Previously on Harry Potter...
An eleven-year old Harry prevailed over a trying situation where the ethereal form of Lord Voldemort came out of the back of Ian Hart's head.
He stabbed a giant snake with a special sword and killed a diary with one of the snake's fangs.
David Thewlis turned into a werewolf. Gary Oldman turned into a dog. Hermione turned back time just so some stupid horse thing with wings didn't get its head chopped off by the man from Middlemarch.
Robert Pattinson got killed by Timothy Spall.
Harry tried to find a mysterious prophecy that could have made the series a bit shorter. But the prophecy was destroyed by his clumsy friend.
Gary Oldman got killed by Helena Bonham Carter.
Some good guys came down the chimney to save the day - including the man from Middlemarch who finally agreed that Lord Voldemort might be a problem.
The last time we saw Harry (2009's Harry Potter And The Half-Blood Prince) he was getting kissy with his mate's sister, pissy with overly cryptic mentor Dumbledore and dissy with Aryan class rival Draco.
He also learned that the way for good to triumph over bad was to destroy the shards of Voldemort's soul hidden in a bunch of magical artefacts ('Horcruxes').
Michael Gambon got killed by Alan Rickman.
So now, Harry, Ron and Hermione have bunked off their final year at Hogwarts to track down the Horcruxes and rob Voldemort of his immortality, so that the world will never again have to watch something coming out of the back of Ian Hart's head.
Problem: no school, no structure. Previous Potters have swaddled the younger actors in a huddly comfort zone of each other. Stilted delivery was muffled by the bustle of Hogwarts crowd solidarity.
Here, they're caught out in the open - wrapped up warm in coathanger-fresh cardies but exposed to the unblinking camera eye. As the three leads blunder across field and forest, bickering, bargaining, deciphering clues and making little camps, there's nowhere to hide.
Watson, as ever, is the star - breezy and effortless and never over-rehearsed. But the acting cogs still whir and clunk behind Grint and Radcliffe's eyes, and Watson's dominance gives the three-header scenes a tiresome air of matriarchy – as if she's playing mum to a pair of clutzy teenagers.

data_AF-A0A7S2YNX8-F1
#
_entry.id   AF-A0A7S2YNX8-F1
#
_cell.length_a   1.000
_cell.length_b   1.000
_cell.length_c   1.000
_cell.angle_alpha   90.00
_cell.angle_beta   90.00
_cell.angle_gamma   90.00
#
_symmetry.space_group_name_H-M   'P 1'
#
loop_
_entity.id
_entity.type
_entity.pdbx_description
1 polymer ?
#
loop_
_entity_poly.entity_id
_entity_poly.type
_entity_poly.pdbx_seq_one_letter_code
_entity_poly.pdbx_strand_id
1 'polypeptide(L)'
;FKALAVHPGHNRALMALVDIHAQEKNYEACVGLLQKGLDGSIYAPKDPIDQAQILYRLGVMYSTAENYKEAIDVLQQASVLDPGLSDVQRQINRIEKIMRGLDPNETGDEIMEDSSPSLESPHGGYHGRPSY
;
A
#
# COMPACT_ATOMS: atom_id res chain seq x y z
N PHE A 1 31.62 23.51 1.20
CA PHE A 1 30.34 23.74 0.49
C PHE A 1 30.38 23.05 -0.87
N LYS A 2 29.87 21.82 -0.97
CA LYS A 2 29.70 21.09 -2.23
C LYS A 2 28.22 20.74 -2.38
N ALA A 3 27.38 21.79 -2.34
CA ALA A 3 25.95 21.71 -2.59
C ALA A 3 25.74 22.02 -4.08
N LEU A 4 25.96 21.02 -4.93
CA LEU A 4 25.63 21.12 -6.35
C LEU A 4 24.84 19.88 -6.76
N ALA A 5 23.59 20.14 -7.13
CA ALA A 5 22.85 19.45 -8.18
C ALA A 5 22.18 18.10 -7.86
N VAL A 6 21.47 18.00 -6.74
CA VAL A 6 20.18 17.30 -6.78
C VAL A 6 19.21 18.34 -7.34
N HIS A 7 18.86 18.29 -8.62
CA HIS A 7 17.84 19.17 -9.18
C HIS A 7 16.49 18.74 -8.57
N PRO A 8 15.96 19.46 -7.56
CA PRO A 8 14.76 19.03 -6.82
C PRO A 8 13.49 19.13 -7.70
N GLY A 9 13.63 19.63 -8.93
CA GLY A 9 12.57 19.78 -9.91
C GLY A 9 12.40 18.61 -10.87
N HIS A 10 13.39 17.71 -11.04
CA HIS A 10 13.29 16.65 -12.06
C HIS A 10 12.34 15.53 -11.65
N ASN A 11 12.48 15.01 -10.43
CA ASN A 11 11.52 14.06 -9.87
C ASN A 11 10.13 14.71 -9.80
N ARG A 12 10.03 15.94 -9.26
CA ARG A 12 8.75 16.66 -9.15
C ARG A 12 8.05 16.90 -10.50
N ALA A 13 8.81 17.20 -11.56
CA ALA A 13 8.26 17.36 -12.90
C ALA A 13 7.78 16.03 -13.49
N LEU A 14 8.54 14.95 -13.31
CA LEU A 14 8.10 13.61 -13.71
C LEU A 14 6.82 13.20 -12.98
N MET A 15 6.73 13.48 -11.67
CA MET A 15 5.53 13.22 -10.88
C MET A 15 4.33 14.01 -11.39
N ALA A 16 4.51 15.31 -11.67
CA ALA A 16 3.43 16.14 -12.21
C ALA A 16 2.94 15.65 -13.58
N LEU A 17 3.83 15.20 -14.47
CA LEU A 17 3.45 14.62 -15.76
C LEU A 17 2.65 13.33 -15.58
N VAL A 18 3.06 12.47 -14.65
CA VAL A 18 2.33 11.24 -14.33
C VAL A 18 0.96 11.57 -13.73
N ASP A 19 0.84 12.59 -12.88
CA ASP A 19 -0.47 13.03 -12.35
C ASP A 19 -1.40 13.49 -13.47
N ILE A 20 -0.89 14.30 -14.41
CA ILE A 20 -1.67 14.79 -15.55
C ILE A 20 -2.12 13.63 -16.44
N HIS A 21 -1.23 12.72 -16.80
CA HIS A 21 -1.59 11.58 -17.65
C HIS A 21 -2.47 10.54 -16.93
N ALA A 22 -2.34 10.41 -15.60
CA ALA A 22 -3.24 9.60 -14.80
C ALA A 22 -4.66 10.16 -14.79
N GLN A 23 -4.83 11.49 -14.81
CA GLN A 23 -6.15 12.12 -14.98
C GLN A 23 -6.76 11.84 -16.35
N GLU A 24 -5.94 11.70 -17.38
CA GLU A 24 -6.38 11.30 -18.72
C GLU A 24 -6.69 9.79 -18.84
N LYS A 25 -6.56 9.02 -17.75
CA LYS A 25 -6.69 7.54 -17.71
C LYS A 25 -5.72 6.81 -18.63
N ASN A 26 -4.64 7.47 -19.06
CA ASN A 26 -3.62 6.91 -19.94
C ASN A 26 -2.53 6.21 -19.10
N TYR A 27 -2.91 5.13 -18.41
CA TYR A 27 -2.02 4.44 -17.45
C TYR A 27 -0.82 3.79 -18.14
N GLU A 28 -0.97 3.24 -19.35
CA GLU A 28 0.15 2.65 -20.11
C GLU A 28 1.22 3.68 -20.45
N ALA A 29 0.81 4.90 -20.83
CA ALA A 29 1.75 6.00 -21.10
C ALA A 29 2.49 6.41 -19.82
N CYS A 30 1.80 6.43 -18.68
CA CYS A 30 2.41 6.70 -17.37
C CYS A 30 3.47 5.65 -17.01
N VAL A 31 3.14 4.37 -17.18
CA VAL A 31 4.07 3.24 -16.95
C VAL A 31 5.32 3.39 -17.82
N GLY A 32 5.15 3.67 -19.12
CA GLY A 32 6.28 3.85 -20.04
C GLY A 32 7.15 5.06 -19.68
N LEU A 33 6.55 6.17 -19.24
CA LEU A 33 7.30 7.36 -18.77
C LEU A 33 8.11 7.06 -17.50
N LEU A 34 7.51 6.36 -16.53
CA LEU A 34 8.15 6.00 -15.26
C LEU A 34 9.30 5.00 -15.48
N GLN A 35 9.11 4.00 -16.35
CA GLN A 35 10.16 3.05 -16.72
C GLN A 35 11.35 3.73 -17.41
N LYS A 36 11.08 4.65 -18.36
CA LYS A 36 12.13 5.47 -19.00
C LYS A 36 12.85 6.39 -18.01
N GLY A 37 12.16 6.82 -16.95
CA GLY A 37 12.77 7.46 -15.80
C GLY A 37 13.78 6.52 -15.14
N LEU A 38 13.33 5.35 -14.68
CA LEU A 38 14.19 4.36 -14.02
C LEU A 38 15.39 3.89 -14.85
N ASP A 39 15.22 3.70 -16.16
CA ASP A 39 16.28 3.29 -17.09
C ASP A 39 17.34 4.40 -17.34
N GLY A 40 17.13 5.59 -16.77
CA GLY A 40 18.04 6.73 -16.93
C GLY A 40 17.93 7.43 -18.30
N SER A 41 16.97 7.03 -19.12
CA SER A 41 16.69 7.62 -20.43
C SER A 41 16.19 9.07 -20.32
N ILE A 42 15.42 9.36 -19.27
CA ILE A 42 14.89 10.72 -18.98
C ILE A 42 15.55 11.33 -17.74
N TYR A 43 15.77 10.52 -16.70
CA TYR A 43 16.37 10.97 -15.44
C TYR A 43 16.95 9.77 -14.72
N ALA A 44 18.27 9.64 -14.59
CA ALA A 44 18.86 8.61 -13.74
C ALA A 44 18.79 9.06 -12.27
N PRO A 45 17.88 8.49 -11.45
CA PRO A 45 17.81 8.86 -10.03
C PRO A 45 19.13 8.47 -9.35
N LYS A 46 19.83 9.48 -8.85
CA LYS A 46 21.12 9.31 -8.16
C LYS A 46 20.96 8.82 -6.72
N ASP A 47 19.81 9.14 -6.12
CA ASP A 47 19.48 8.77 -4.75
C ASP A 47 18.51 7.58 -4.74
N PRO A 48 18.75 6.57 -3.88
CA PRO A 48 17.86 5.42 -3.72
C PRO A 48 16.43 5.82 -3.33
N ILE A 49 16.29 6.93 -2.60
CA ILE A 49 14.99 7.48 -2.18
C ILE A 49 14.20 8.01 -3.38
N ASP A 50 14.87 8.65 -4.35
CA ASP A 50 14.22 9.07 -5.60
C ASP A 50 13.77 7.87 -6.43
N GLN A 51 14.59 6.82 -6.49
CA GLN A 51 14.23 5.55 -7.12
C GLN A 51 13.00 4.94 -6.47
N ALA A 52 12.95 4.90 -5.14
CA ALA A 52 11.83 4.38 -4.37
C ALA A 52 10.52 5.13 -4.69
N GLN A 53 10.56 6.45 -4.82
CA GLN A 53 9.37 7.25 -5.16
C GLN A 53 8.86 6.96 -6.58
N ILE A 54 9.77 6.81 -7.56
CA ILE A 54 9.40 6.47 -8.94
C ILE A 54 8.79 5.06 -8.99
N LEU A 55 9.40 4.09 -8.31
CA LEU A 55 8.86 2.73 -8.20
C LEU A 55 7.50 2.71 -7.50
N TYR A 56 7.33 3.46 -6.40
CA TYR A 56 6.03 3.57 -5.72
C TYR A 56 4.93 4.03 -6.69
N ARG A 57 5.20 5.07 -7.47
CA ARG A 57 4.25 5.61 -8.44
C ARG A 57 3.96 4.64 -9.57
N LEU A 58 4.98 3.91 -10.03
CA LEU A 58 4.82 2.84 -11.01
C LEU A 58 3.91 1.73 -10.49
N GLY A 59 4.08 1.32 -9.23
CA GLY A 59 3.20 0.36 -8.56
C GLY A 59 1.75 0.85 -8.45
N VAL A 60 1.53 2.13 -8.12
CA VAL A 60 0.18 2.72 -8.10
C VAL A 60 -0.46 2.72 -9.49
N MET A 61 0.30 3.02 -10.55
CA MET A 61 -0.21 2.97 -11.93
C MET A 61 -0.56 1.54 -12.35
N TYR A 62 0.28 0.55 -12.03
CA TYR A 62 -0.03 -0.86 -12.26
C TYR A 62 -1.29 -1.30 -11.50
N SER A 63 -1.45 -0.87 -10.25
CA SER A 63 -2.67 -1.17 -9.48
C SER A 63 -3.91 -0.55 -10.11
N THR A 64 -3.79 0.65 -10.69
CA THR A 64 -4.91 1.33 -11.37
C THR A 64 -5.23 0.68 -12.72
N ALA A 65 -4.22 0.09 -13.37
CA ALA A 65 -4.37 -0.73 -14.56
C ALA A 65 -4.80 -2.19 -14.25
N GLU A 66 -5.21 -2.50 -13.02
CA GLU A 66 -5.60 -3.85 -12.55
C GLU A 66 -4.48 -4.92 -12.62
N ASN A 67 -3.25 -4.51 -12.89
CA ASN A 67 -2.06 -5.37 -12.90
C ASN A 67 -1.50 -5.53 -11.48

But all three are emerging talents who've awkwardly grown into their craft as they've grown up in public. Their uneven performances are an inevitable side effect of the pressure exerted by the film's over-reverential treatment of Rowling's books.
The final story may well be colourful and complex, but, on this evidence, there's absolutely no artistic justification for a two-movie split.
It's muddled and meandering and over-stretched - like the book. It's padded with rambling asides - like the book...
Next: Conclusion [page-break]
Instead of filleting Rowling's original for what could have been a gripping and pacy finale roughly split into two major acts (the build-up to the final battle and the final battle itself), we're stuck with an overlong prequel to 2011's main event.
Two and a half hours of fumbling and foreplay which could have escalated into something elemental if it wasn't so joylessly chaperoned by the dual-movie structure.
To Yates' credit, he sidesteps the studio politics and gets on with the job - directing with artistry and invention.
He tempers the hormonal anguish and cryptic beardiness with stealthy nods to the story's adult themes: a terrifying, McCarthyist reinvention of the Ministry Of Magic; the empowered Death Eaters' fascistic fervour for non-magical ethnic cleansing - complete with Nazi-like red & black livery.
Theres a smart expansion of Alfonso Cuaron's Prisoner Of Azkaban horror-movie elements: jars and jolts, fake scares, scuttling bugs, sweat-lashed nightmares, torture, murder and - the horror! - accidental owl death...
This (yes...) darkness applies to both tone and appearance. An emphasis on gloomy night scenes numbs the FX magic and maybe explains the difficulties with 3D conversion.
Pick of the adults is Peter Mullan's extra-evil Death Eater Yaxley - all reptile eyes and baritone blood-lust, flailing and wailing and spraying his killing curses into the air like a devilish dervish.
Bonham Carter is wild and witchy, Fiennes steps out of the shadows and layers a little more ham onto Voldemort's bones, while Rickman - the best thing about the series by far - makes the most of his disappointingly brief screen-time, swooping into Voldemort's stronghold and calmly laying the ground for Harry's destruction - raven-black, oily, inscrutable.
But Yates' second-unit indulgences - screensaver sunsets, languid helicopter sweeps over travel-brochure panoramas - only emphasise the emptiness.
There simply isn't enough material to fill 150 minutes and the waffer-thin stretching exposes a misguided and grabby dual-movie strategy.
This is Potter on pause - the magic muted by bottom-line logic. And, instead of what could have been a glittering orchestral climax, we've been served an extended drum-roll.